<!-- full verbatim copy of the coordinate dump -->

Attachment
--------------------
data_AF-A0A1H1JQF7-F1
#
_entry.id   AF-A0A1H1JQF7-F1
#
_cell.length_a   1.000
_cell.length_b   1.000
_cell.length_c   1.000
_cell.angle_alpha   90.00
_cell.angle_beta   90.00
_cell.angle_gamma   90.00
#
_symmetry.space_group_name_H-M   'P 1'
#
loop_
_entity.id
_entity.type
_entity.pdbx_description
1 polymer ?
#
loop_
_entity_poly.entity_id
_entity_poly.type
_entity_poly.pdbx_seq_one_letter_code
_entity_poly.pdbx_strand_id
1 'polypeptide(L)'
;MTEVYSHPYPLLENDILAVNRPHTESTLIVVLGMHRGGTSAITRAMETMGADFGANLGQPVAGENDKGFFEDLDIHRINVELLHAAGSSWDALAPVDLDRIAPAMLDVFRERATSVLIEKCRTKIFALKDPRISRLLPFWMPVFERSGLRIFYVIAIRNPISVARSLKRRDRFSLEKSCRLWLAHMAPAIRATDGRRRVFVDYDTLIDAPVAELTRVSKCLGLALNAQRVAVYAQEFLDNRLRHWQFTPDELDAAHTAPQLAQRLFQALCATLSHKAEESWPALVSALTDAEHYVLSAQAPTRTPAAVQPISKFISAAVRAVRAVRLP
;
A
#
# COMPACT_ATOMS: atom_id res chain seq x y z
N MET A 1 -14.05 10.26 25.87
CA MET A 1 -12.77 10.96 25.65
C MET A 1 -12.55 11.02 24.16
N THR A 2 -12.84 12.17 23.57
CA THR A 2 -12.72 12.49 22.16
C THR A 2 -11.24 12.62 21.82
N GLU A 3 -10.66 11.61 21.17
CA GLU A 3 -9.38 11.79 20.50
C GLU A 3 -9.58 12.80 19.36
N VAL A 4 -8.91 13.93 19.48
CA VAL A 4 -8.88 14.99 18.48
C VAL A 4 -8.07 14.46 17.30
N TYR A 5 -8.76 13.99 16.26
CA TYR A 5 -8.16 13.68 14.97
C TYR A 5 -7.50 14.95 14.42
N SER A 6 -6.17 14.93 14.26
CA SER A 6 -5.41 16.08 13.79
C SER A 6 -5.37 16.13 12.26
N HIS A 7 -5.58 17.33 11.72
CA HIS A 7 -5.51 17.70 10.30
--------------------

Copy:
data_AF-A0A1H1JQF7-F1
#
_entry.id   AF-A0A1H1JQF7-F1
#
_cell.length_a   1.000
_cell.length_b   1.000
_cell.length_c   1.000
_cell.angle_alpha   90.00
_cell.angle_beta   90.00
_cell.angle_gamma   90.00
#
_symmetry.space_group_name_H-M   'P 1'
#
loop_
_entity.id
_entity.type
_entity.pdbx_description
1 polymer ?
#
loop_
_entity_poly.entity_id
_entity_poly.type
_entity_poly.pdbx_seq_one_letter_code
_entity_poly.pdbx_strand_id
1 'polypeptide(L)'
;MTEVYSHPYPLLENDILAVNRPHTESTLIVVLGMHRGGTSAITRAMETMGADFGANLGQPVAGENDKGFFEDLDIHRINVELLHAAGSSWDALAPVDLDRIAPAMLDVFRERATSVLIEKCRTKIFALKDPRISRLLPFWMPVFERSGLRIFYVIAIRNPISVARSLKRRDRFSLEKSCRLWLAHMAPAIRATDGRRRVFVDYDTLIDAPVAELTRVSKCLGLALNAQRVAVYAQEFLDNRLRHWQFTPDELDAAHTAPQLAQRLFQALCATLSHKAEESWPALVSALTDAEHYVLSAQAPTRTPAAVQPISKFISAAVRAVRAVRLP
;
A
#
# COMPACT_ATOMS: atom_id res chain seq x y z
N MET A 1 -14.05 10.26 25.87
CA MET A 1 -12.77 10.96 25.65
C MET A 1 -12.55 11.02 24.16
N THR A 2 -12.84 12.17 23.57
CA THR A 2 -12.72 12.49 22.16
C THR A 2 -11.24 12.62 21.82
N GLU A 3 -10.66 11.61 21.17
CA GLU A 3 -9.38 11.79 20.50
C GLU A 3 -9.58 12.80 19.36
N VAL A 4 -8.91 13.93 19.48
CA VAL A 4 -8.88 14.99 18.48
C VAL A 4 -8.07 14.46 17.30
N TYR A 5 -8.76 13.99 16.26
CA TYR A 5 -8.16 13.68 14.97
C TYR A 5 -7.50 14.95 14.42
N SER A 6 -6.17 14.93 14.26
CA SER A 6 -5.41 16.08 13.79
C SER A 6 -5.37 16.13 12.26
N HIS A 7 -5.58 17.33 11.72
CA HIS A 7 -5.51 17.70 10.30